How to Choose a Winter Jacket

(Clint Eastwood on the set of The Eiger Sanction, wearing one of the very first Marmot jackets, the Golden Mantle)

How to Choose a Winter Jacket

Summer is gone, the temperature is dropping, and you now realize a light fleece isn’t going to cut it.  When you look at what’s available, you’re paralyzed.  Where do you begin with the myriad of options flooding the market these days?  Let’s break it down for you.

“How warm is this jacket?”

This is a question we frequently get, and the answer isn’t always a simple one.  You may have noticed that companies don’t put a temperature rating on jackets, and there is a reason for that.  There is such a multitude of factors such as activity level, humidity, wind level, and personal temperature (some people run hot, some run cold) that you can’t really put a number on it.  And if they did put a temperature on it, they would get a cascade of unfairly bad reviews from people who might not understand the information I’m about to give you.

Here’s the short answer:

Thickness is warmth.  Say it again…thickness is warmth.

Technology changes and every company is trying to push the limits of insulation.  However, the laws of physics still apply.  Insulation works by trapping a layer of warm air around your body to protect you from the cold.  Think of it as your own personal atmosphere.  The thicker this “atmosphere” is, the more effective it will be.  

Beyond that, we’ll ask you a few questions on what you are doing and where you are going.

How active will you be?

The more active you are, the more warmth you will generate.  If I am going to be hiking at a good pace or running, I will be overheated in a very thick jacket.  Conversely, if I am going to be sitting still in a stadium I will not be generating as much heat, and therefore need a thicker jacket to compensate.  

If you are going to be experiencing a variety of activity levels, you need to utilize the layering system.  For example, when I go backpacking in Winter I will be down to my baselayer or wearing a light fleece when I’m in peak activity, and pulling on a puffy midlayer jacket during hydration / meal breaks and when I stop hiking for the day to set up camp.  

What are you doing / where are you going?

Revisiting what I mentioned above, this question interfaces with what sort of activity you will be engaged in.  For active, technical pursuits you will need to use the layering system.  

  • Baselayer, for moisture management
  • Midlayer, for warmth retention
  • Shell layer, for protection against wind and rain

For more casual pursuits like sitting at the game, going out on the town, or walking to and from your car, you can opt for more of an all-in-one option.  If this is the case, you probably aren’t worried as much about the weight of the jacket either, compared to the backpacker who is concerned with ounces.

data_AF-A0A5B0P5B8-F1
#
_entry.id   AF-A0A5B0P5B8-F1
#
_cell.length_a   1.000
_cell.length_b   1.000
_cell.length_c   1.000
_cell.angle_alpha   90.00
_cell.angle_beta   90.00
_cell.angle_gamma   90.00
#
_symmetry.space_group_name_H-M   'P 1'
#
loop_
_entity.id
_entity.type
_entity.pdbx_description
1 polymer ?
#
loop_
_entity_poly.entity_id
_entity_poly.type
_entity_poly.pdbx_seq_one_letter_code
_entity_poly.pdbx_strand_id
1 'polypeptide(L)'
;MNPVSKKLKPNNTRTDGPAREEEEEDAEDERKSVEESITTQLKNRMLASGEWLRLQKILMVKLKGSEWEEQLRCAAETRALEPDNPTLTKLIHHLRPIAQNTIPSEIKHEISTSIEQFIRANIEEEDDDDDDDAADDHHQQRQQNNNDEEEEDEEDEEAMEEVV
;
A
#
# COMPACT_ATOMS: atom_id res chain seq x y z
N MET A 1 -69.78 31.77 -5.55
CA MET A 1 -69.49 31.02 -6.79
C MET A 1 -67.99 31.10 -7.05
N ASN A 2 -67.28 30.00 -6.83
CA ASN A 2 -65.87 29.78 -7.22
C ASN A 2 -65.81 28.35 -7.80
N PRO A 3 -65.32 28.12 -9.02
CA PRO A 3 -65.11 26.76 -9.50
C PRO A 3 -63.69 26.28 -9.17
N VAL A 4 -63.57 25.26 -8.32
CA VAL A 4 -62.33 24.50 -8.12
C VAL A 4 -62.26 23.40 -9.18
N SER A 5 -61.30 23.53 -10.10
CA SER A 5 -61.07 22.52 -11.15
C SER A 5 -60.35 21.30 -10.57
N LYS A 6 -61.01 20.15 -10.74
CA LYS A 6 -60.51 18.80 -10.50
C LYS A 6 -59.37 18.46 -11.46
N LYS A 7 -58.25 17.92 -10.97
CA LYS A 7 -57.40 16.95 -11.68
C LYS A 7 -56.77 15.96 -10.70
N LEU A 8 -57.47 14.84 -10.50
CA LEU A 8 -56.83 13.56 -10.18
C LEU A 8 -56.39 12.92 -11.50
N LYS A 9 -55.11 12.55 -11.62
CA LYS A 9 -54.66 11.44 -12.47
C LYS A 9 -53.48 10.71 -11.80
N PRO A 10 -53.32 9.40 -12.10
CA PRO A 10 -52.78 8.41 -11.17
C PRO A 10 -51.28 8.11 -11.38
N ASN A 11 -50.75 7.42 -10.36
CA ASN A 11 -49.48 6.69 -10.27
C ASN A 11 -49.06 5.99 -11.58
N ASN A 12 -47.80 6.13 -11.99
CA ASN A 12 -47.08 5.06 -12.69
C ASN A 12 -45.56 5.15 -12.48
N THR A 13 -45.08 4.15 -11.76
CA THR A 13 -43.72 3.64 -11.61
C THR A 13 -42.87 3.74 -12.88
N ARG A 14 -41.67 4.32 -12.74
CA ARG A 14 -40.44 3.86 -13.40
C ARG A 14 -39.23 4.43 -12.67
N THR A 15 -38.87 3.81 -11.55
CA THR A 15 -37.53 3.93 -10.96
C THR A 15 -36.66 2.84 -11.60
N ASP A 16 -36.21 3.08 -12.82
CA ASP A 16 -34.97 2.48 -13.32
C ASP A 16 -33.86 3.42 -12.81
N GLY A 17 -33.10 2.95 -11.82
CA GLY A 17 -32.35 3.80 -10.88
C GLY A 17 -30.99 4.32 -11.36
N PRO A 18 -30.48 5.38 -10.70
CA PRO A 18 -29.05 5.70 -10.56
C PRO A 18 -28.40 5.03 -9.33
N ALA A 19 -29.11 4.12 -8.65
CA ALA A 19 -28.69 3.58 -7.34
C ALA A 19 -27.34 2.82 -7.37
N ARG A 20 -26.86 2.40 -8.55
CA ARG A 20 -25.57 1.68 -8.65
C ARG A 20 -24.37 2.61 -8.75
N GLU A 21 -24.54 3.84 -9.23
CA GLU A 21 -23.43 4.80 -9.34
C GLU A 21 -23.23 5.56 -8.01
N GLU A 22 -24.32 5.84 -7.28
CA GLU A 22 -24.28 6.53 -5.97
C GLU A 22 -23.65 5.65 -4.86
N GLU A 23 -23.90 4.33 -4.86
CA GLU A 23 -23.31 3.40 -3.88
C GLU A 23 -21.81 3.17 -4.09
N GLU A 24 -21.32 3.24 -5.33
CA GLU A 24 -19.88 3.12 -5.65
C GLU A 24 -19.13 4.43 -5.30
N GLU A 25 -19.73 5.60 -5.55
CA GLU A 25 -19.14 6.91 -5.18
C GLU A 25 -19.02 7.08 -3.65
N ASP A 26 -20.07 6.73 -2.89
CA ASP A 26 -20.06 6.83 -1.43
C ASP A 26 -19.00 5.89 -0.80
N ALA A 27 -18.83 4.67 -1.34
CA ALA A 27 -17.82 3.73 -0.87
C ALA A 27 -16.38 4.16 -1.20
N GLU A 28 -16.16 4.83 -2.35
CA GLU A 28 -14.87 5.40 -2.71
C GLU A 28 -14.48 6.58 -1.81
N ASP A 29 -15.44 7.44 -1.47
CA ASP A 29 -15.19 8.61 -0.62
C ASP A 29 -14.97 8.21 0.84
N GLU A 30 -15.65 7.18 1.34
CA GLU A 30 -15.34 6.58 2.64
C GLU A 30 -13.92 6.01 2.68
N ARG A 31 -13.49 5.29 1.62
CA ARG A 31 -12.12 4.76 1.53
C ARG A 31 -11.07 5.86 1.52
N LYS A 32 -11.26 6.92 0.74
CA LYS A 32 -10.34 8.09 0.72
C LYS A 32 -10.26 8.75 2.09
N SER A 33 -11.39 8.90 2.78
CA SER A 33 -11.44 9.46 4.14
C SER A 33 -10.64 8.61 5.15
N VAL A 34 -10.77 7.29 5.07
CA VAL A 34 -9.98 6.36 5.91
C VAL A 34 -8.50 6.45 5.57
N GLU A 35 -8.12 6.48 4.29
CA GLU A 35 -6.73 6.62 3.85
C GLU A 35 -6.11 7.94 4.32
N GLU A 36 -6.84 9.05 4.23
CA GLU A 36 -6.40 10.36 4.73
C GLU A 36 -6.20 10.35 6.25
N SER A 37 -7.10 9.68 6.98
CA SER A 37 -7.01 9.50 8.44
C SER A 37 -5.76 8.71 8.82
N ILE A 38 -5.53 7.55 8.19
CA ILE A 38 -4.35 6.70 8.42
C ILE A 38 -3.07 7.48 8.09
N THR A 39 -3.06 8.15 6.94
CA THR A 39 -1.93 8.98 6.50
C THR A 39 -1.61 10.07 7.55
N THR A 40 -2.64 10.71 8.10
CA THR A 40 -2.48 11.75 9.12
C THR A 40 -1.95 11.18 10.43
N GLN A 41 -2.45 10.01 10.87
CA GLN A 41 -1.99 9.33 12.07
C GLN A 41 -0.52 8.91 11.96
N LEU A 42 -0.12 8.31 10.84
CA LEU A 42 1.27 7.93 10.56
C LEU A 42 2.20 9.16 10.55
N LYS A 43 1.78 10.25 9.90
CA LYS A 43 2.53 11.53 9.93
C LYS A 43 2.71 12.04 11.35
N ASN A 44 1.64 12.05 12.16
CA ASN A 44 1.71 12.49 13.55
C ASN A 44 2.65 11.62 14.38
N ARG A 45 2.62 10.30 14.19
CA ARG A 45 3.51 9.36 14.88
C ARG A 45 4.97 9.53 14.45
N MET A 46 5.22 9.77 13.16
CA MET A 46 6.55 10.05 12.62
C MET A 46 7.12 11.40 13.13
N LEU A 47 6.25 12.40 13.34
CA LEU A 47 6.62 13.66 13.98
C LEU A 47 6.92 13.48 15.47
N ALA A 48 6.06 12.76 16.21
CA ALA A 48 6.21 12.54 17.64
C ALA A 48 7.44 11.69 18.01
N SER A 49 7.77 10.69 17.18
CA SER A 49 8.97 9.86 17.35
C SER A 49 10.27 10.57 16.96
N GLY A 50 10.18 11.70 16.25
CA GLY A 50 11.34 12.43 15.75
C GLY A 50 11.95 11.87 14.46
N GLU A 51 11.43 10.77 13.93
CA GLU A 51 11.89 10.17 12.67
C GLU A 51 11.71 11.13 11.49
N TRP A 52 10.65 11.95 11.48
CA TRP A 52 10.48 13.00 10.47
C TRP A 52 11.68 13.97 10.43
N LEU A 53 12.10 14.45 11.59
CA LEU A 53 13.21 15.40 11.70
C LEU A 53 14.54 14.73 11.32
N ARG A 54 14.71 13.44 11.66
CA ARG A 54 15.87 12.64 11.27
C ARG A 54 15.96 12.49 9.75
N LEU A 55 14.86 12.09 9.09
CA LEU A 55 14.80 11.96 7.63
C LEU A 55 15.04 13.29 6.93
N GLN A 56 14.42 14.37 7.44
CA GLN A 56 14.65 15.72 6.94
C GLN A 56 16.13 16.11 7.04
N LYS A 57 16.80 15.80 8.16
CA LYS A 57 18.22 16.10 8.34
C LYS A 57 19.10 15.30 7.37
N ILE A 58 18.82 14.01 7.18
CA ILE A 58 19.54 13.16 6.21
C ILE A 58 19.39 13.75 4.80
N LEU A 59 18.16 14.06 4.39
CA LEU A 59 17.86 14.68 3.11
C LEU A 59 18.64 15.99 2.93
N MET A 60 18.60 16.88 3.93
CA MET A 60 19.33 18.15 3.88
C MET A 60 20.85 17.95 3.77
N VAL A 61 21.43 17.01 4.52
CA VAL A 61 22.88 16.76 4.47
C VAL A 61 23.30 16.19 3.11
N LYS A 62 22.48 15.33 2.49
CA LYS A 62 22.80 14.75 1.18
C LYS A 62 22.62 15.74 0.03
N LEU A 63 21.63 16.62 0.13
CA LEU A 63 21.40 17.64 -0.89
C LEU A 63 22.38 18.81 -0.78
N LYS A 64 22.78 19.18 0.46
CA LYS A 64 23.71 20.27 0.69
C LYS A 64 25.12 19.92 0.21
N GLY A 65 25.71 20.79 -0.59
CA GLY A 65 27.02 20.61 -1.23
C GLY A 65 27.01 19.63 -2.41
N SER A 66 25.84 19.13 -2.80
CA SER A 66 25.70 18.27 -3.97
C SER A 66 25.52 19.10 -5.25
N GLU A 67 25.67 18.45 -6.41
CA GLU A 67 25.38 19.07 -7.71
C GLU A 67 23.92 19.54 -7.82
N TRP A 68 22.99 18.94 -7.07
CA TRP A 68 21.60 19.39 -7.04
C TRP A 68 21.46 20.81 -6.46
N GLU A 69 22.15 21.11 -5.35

Will you be at elevation or out of the treeline?  You’ll be contending with wind, so bring a shell.

Will you be in the Pacific Northwest where it is wet most of the time?  Consider a synthetic jacket instead of down.  Synthetics retain most of their loft when wet and dry faster, but are heavier and less breathable.  

What else are you going to be wearing with it?

This is sort of a restatement of the question above.  Do you already have a rain jacket or wind jacket?  Then you can go with just a mid-layer instead of a shelled jacket.  Do you have a favorite fleece you like to wear?  Then you might not need as thick of a jacket to wear over it.  

Regardless of which jacket you’re looking at, it’s always a good idea to wear a quick-drying baselayer to wick moisture away from your skin.  Damp skin makes you chilled quickly.  For that reason avoid cotton when possible, in favor of synthetic or wool fabrics.  

What’s this “fill rating” on my jacket?

The “fill rating” is simply a metric of the quality of the feather.  An 800 fill jacket is NOT necessarily warmer than a 500 fill jacket.  This is best explained using sleeping bags as an example.  

If you have a 30 degree 800 fill down bag, it’s not any warmer than the 30 degree 500 fill down bag; they’re both 30 degrees.  It will be lighter, however.  

As I said, fill rating is a metric of quality.  Higher fill down has more loft, and therefore these companies are able to use fewer feathers to achieve the same amount of loft they need.  Therefore, it will be lighter and more compressible.  

Repeat the mantra:  Thickness is Warmth.

Which is warmer, down or synthetic?

Thickness is warmth.  That being said, down is more breathable and slightly more comfortable over a wider range of temperatures.  If synthetic gets soaked, it will keep you warmer than down, but these days with water-resistant down treatment, it’s getting increasingly difficult for down to get truly soaked.  

I don’t like the puffy Michelin man look.

That look is due to baffles; essentially they sew the jacket into a series of tubes that they blow the down feathers into.  They need to do it this way because otherwise the feathers would sift all the way to the bottom of the jacket, and you’d be cold.  Synthetic insulation is often in sheet form, so some companies make synthetic jackets by laminating the insulation to the interior nylon face of the jacket.  

Other than that, sometimes comfort supersedes fashion.  Repeat the mantra:  Thickness is warmth.

Hopefully, this helps you in your quest to find the right jacket for you.  Stop by the shop and we’ll help you pick one out from the crowd.